FBCC votes 3-2 to kill progress on Bosque Bello columbarium plan

Submitted by Suanne Z. Thamm
Reporter – News Analyst
March 3, 2021

Those anticipating progress at the March 2, 2021 Fernandina Beach City Commission (FBCC) Regular Meeting on plans to build a columbarium in Bosque Bello Cemetery were disappointed when the FBCC voted 3-2 opposing moving forward to commission construction drawings from the landscape architectural firm Marquis Lattimore + Halbeck (MLH).

Although the City had been working with MLH at a staff level and in consultation with the Friends of Bosque Bello (FOBB) on a schematic design for the better part of a year, the process bogged down last summer when plans were presented to the City’s Parks and Recreation Advisory Committee (PRAC). PRAC members raised many concerns relating to the proposed location, design, materials, cost and marketing plans.

The proposal before the FBCC last night was to move forward with construction drawings at a cost of $19K only for the first phase of the MLH columbarium design, which would have provided over 400 niches for cremains resting places and associated landscaping. The City had included $85,000 of Parks and Recreation impact fees in its current year budget for this project.

Impact fees, which are collected on new construction, can only be used to fund capital improvements needed to accommodate growth. Given the growth of the local population and that Bosque Bello is the only public cemetery on the island, the proposal was to use this funding to “prime the pump” for the project, which would only be built when sufficient money could be obtained through advance sales spearheaded by FOBB. No tax dollars would be used for this project, which would also have been generating additional revenue for upkeep and enhancement to the cemetery.

Audience member and former commission candidate Marian Phillips expressed her opinion that a columbarium would be out of place in Bosque Bello, and that it has not been needed in the past. PRAC members Jean Pugh and Eric Bartelt also surfaced their objections on multiple levels.

PRAC Chair Faith Ross

PRAC Chair Faith Ross was allowed to present the committee’s recommendation without time limits at the March 2 FBCC meeting. She reported that her committee had unanimously recommended “no approval” for the proposed design, citing numerous reasons including: the schematic design occupying too much space in the cemetery, limiting income sources for the cemetery in the future; inconsistencies with the Bosque Bello Master Plan; apparent tree removal, if the entire design were to be fully implemented; proposed use of materials (brick); cost for custom design; lack of stated warranty; maintenance. She cited concerns raised from some members of the public who believed that the design is “bloated” and out of scale with the cemetery.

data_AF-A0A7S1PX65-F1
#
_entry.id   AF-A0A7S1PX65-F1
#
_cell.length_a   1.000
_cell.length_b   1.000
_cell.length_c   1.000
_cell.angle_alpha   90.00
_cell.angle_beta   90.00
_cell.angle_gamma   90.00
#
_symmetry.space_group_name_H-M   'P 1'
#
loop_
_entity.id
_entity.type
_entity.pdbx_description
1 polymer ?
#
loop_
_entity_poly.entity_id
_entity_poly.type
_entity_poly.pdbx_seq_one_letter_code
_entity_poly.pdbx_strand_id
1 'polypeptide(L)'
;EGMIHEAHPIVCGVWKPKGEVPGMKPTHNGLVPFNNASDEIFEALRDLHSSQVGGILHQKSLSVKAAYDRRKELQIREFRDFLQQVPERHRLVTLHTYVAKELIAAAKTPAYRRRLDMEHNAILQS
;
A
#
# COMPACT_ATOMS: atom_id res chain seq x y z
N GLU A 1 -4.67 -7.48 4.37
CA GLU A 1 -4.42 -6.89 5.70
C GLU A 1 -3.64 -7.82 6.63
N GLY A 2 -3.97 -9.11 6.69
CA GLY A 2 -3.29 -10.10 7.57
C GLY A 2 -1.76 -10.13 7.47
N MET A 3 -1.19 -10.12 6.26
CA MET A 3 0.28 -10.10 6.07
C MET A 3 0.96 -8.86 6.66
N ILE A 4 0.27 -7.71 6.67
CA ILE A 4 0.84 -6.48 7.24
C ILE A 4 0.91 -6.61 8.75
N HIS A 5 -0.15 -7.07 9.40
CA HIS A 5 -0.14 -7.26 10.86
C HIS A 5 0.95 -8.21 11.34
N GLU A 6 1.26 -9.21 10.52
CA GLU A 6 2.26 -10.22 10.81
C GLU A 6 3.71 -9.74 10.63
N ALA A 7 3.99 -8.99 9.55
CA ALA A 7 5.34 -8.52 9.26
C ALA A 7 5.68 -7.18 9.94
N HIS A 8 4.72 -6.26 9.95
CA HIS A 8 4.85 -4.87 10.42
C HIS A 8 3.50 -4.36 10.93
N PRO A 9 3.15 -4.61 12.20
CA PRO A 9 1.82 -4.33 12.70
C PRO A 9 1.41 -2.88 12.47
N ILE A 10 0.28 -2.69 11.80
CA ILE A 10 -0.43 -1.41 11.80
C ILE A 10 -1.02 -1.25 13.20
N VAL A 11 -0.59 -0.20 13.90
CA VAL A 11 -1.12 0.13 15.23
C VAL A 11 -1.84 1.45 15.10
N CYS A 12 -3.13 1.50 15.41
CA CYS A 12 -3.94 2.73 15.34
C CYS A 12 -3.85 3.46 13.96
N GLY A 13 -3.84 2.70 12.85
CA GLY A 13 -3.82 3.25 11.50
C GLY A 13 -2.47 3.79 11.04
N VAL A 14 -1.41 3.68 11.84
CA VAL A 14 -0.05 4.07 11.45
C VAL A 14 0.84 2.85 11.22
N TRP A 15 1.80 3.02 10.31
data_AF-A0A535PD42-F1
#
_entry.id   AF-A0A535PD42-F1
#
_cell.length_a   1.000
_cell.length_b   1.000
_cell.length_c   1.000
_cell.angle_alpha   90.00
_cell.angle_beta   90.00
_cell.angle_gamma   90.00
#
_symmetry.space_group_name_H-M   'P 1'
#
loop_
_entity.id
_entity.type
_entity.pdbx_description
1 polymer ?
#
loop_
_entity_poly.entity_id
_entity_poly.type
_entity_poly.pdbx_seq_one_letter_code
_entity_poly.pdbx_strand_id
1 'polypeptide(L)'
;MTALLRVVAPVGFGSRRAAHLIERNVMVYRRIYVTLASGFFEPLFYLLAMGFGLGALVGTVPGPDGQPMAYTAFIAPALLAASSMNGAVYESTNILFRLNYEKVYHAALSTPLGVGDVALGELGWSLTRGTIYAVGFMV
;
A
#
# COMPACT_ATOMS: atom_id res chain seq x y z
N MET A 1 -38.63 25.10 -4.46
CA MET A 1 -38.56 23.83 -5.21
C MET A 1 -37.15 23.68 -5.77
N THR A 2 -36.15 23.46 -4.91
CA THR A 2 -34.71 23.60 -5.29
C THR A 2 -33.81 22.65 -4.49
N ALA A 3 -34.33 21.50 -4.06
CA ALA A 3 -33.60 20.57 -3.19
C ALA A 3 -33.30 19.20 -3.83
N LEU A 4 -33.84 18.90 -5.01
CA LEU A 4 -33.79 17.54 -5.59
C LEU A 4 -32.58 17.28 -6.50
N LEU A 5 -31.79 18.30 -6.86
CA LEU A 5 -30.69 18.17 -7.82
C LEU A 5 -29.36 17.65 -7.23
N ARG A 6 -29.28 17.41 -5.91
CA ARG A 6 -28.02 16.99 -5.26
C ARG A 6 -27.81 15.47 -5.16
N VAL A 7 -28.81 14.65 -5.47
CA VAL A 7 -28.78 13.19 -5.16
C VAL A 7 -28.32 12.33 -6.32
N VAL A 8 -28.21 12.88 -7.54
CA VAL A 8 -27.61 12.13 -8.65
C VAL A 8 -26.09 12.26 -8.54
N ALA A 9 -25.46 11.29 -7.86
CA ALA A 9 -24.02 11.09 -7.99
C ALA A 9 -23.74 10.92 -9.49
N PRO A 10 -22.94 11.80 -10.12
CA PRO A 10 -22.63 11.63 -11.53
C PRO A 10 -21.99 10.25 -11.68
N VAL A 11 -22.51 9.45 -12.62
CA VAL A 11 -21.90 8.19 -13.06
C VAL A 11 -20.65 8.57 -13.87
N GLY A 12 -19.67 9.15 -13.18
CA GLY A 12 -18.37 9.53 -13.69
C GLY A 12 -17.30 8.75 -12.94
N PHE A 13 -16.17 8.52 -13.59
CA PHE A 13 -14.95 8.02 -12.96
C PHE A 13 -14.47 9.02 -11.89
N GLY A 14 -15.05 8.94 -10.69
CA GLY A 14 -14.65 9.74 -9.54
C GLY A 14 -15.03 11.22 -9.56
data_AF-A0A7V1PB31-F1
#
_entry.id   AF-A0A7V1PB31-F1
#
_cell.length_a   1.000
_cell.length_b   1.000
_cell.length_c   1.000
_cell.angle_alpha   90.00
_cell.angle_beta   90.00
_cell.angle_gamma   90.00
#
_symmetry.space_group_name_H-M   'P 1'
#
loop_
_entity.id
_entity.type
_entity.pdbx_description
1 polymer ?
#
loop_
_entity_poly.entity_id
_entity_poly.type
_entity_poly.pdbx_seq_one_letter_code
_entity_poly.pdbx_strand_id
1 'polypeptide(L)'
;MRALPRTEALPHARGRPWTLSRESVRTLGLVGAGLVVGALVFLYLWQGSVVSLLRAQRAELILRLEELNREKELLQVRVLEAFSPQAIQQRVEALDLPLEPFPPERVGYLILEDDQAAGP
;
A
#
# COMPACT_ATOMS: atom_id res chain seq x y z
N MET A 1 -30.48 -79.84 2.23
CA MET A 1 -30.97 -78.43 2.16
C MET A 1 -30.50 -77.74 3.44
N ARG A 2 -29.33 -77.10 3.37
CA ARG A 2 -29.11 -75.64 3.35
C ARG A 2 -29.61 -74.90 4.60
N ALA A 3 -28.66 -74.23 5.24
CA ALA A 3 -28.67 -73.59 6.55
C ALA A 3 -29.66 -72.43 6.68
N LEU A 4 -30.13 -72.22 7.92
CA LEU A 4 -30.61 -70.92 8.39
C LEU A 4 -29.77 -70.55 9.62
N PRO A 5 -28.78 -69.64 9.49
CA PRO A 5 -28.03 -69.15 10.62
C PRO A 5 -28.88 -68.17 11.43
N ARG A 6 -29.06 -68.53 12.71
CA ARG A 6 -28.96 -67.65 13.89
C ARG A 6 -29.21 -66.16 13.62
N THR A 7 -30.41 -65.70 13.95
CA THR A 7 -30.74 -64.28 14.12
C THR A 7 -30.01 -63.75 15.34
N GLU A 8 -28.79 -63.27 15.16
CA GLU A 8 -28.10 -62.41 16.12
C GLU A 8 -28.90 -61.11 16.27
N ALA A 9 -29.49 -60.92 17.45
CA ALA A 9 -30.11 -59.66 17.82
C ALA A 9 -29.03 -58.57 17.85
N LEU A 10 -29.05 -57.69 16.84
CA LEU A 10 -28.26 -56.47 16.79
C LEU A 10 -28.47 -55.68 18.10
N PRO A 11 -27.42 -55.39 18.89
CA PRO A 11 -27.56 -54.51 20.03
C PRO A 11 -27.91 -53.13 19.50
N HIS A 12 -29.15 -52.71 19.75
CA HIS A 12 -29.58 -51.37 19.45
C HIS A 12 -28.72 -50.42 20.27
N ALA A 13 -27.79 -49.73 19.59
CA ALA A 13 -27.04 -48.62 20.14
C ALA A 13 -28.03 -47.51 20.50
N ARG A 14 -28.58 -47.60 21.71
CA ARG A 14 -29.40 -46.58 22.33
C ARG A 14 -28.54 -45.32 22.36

Ross also presented PRAC recommendations, including: a design that occupies a smaller footprint; no removal of any healthy trees; construction material in compliance with the Florida Building Code. “A columbarium should provide a self funding mechanism for the cemetery,” she said. “It’s not a free public service. As with in-ground plots, it should also provide income to provide for the cemetery now and into the future in the perpetual care fund.”

Further recommendations called for a Commission-approved business plan and “funding restraint.” She presented an alternate site and plan advanced by the committee.

She acknowledged that FOBB had been working very hard on the plan, “but we have also tried to get it done.”

Commissioner Chip Ross

Commissioner Chip Ross, husband of Faith Ross, led off the discussion referring to the 2015 Bosque Bello Master Plan. He cited the more than 50 recommendations in the plan, most of which he believed were more important than the columbarium. “We have a great asset here, which we have ignored and not taken care of,” he said, indicating that he wanted to return to those concerns at a future time.

Commissioner Ross visited several area cemeteries with attractive columbaria built by firms that specialize in off the shelf production at a fraction of the cost proposed in the MLH plan. He contacted some of those firms and discovered that they offer a wide range of services including custom design and landscape design in addition to installation with a 25-year warranty.